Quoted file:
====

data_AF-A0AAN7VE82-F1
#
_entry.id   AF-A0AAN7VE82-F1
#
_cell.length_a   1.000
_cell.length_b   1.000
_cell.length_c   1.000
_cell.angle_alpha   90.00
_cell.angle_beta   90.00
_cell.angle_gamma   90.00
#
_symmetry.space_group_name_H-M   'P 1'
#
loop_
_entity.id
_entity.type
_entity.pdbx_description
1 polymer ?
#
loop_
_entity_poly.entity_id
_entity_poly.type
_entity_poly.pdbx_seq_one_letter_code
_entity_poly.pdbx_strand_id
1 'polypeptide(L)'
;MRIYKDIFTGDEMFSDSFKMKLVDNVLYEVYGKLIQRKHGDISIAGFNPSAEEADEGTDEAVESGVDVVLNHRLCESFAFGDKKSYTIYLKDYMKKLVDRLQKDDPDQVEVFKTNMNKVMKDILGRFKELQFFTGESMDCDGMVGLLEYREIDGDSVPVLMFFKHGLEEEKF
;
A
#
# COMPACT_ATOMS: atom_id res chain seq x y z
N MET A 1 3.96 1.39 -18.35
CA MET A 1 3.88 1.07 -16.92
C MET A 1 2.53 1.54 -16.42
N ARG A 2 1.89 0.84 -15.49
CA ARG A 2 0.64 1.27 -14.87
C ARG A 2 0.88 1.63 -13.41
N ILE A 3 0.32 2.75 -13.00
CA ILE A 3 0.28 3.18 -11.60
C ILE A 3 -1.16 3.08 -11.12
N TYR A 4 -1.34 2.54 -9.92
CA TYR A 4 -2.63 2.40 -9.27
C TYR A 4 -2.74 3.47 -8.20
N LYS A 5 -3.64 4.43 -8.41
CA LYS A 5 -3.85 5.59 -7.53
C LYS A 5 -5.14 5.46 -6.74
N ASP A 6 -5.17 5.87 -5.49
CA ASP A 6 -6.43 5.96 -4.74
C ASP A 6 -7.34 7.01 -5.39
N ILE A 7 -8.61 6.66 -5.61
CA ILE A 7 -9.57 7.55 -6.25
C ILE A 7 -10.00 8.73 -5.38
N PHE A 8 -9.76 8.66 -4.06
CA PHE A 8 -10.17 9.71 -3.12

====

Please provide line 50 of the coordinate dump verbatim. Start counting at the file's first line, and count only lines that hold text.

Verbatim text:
CA ILE A 7 -9.57 7.55 -6.25